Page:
Photography Lessons for Kids to Fight Cancer
Rajen Nair, a freelance photojournalist and writer, teaches skills of photography to children with cancer to bring hope, optimism and laughter in their lives.
How long have you been a photographer?
I became a photographer by default in the year 2004, after I lost my hearing in the right ear and later developed tinnitus due to botched ear surgery. I had no option but to wind up my business. To earn a living, I studied journalism, as writing was my passion, and learnt photography later to complement my writing. That is how I began my tryst with photography.
You have been teaching photography to children with cancer for the last several years. How did it start?
It started when I began getting recognition for my photography from social networking sites such as Facebook, Flickr and Twitter. It made me wonder why I was so passionately drawn to photography. Was it because I am partially deaf and rely more on my eyes to communicate? Meanwhile, I began contributing stories and photo-essays to Guardian Weekly (UK), OhmyNews, a South Korean online news website and other local newspapers. In 2009, I decided to share my photography skills with the deaf. I began teaching photography by taking weekend classes in a school for the deaf in Mumbai. It was purely voluntarily. Some Australian friends, impressed with my work, donated few cameras to me which helped in my workshop.
In 2012-13, I got involved with Tata Memorial Hospital (TMH) and an NGO Impact India Foundation to conduct photography workshop for cancer children in the pediatric department as part of their annual HOPE program. Since then, I have been conducting these workshops regularly at TMH. I have also formed a group of cancer children wherein we go for outdoor photography as part of training. We have a Whatsapp group called Warrior Photography to share photos of students fighting cancer. And a Facebook page called ‘Spreading Light Through Photography’. We have 2450 members consisting of deaf, disabled and cancer children from all around the world, sharing their creative work.
What prompted you to undertake this mission?
The loss of my hearing followed by tinnitus impacted me deeply. It triggered the idea of reaching out and providing meaningful diversion to the marginalized community in society like hearing impaired, people with autism, under privileged children from Dharavi slums andchildren with cancer. Photography gives them a platform to bring out their inner creativity, communicate visually with the world.
How does photography help children with cancer? Is it making a difference to their lives?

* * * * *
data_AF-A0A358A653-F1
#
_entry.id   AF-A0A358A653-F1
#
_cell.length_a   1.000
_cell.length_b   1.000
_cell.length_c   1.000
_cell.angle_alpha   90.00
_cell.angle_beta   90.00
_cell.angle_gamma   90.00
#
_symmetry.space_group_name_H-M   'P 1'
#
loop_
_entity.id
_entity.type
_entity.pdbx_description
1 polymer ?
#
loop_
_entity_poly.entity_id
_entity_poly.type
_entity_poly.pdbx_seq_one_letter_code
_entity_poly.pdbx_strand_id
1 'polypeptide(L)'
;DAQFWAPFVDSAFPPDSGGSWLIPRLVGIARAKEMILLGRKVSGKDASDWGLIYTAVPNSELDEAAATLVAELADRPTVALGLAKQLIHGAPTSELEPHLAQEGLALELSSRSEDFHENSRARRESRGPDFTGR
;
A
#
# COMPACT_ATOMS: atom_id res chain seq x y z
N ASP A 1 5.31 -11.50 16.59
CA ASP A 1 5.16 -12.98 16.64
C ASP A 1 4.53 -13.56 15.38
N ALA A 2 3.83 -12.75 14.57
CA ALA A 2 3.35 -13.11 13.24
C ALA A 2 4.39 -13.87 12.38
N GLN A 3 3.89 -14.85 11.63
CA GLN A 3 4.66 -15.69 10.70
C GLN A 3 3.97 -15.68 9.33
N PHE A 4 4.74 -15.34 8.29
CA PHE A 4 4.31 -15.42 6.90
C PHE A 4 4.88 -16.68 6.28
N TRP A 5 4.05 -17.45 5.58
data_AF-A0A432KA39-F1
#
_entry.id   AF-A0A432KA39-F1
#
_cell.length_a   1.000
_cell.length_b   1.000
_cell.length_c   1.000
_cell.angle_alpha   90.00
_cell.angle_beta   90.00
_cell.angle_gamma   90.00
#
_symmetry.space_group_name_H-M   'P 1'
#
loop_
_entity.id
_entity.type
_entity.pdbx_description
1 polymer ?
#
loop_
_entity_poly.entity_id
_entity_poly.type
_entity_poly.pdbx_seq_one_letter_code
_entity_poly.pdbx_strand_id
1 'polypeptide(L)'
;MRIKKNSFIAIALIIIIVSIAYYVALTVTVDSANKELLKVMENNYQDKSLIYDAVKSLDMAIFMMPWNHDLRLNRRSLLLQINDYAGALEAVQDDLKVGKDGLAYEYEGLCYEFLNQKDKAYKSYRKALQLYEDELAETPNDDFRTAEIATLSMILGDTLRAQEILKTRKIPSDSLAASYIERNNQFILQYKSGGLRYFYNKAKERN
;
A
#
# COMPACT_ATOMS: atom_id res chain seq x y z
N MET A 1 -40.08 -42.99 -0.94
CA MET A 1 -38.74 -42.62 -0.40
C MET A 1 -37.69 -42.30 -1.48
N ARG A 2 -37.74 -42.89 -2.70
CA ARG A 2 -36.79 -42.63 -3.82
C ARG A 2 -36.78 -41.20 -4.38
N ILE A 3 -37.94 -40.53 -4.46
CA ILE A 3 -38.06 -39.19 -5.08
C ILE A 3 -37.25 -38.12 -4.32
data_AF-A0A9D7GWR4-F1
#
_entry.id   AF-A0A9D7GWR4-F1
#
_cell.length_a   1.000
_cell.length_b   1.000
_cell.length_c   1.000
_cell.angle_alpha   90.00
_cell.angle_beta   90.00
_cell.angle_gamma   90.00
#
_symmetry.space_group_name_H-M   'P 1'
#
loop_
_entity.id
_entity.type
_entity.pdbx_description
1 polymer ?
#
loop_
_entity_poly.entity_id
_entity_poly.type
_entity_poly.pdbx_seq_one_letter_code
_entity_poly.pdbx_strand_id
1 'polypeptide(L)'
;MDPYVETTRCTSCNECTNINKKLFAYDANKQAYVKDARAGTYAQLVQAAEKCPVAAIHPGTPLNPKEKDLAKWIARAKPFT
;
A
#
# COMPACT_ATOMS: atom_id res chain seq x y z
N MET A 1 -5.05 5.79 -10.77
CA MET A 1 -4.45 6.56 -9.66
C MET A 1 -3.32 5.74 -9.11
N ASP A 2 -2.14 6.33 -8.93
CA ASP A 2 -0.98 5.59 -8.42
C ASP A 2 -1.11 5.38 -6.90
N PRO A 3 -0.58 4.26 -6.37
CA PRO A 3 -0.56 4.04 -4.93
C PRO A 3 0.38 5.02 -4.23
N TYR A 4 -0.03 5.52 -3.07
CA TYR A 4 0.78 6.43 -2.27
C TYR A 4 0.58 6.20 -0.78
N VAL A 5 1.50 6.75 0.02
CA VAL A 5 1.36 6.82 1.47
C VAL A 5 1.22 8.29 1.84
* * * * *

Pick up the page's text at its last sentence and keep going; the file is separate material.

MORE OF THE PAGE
Cancer affected children find it difficult to express their trauma and pain they undergo from their long treatment of radiation, chemotherapy and surgery. They miss out on education because of extended hospitalization and therapy. I think medicines only take care of the physical aspect of a cancer patient, not mental, emotional and psychological. Photography brings not only joy and fun into their lives but give them new meaning and hope to live and fight cancer too. Many of the children who learn photography during their treatment return home and continue their new found passion. Photography helps them get closer to nature, exposes them to a new adventure and widens their circle of friends. Lack of education is also a worrying aspect, so in the long run I try to train these kids to become professional photographers. It makes them financially independent, secure and happy.
What kind of cameras do you provide these children for the photography lessons?
As I said before I am grateful to my Australian friends who donated cameras. I have my own DSLR Nikon cameras and semi pro Panasonic cameras, besides few donated compact cameras. At a time there are no less than 10 kids in workshop so there is always a tussle among them to grab cameras during shooting practice. Unfortunately, I am always short of cameras to satisfy each one of them.
How do you conduct your workshop? Are the children taken outdoors for it?
I have group of children with cancer who I take for outdoor photography. Last week, I took the kids out to Kala Ghoda Arts Festival and they all had a gala time together. We remembered two of our kids from our group who succumbed to cancer after putting a brave fight. Since mine is a self-driven, voluntary, charitable mission, we cannot go out as often I would like to due to financial constraints.
What kind of pictures do most children take? Does their work provide us a peek into their consciousness or state of mind?
There is craze for taking selfie pictures among all generations, so the kids like to click self-portraits, flowers and street scenes. At pediatric ward the kids take photos of fellow cancer patients trying to capture the pain and suffering writ large on their faces. They click photos of their doctors, hospital stuff and nurses, thus helping them bond well. Some of the pics do offer insight in their own lives of suffering too.
What do you do with photographs taken by the children?
All photos clicked by children are shared on our Whatsapp and Facebook group, so world can view their pics and a word of appreciation does make lot of difference to them. Some NGOs hold exhibition of these photos to raise funds.
What would you say has been the most memorable moment while teaching lessons in photography to children with cancer?
Each moment I spent with kids is memorable. Probably, the outdoor shoot at Nariman Point by the sea was most memorable. Unfortunately, two of our kids have succumbed to cancer. Last year, I received cash award and citation from Bharat Petroleum Corporation. That was encouraging for me and the kids. When my work get published along with the work of kids, it brings the children immense joy.
If you have a camera to donate please contact Rajen Nair at firstname.lastname@example.org. His mobile is +919820025296